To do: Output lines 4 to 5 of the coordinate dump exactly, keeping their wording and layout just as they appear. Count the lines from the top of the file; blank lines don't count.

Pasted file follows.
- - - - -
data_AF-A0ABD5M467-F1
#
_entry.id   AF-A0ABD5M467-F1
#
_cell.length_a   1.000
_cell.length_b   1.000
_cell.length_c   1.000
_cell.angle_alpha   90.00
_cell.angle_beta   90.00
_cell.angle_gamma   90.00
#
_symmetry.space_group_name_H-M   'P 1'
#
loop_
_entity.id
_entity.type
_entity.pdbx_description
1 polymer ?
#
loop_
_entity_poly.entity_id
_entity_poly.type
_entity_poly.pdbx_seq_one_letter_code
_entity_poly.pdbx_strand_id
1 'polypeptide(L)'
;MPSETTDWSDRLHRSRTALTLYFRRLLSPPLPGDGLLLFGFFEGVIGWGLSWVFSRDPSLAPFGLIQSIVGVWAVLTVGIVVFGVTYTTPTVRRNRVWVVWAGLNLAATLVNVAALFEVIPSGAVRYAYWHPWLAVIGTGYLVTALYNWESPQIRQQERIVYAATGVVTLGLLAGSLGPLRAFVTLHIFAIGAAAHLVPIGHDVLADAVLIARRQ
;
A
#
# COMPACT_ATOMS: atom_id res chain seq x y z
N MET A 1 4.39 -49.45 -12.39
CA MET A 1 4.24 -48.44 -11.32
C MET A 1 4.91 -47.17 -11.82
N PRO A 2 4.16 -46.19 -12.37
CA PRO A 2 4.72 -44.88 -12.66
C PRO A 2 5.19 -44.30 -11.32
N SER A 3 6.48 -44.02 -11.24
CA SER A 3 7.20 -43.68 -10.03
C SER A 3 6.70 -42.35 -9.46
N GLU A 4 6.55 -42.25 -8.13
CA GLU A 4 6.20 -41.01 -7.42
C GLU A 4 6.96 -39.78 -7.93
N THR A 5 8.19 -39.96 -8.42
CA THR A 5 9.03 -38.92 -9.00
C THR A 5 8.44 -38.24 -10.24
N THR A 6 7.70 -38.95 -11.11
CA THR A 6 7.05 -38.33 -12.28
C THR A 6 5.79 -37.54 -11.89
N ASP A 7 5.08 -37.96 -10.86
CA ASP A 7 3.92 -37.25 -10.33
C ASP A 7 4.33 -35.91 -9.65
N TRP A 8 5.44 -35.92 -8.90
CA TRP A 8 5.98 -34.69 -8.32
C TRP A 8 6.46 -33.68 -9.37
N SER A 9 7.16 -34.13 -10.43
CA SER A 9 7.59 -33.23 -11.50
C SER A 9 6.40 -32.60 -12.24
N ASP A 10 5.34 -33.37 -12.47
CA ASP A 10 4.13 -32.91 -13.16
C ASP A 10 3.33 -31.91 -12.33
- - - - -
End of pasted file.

#
_cell.length_a   1.000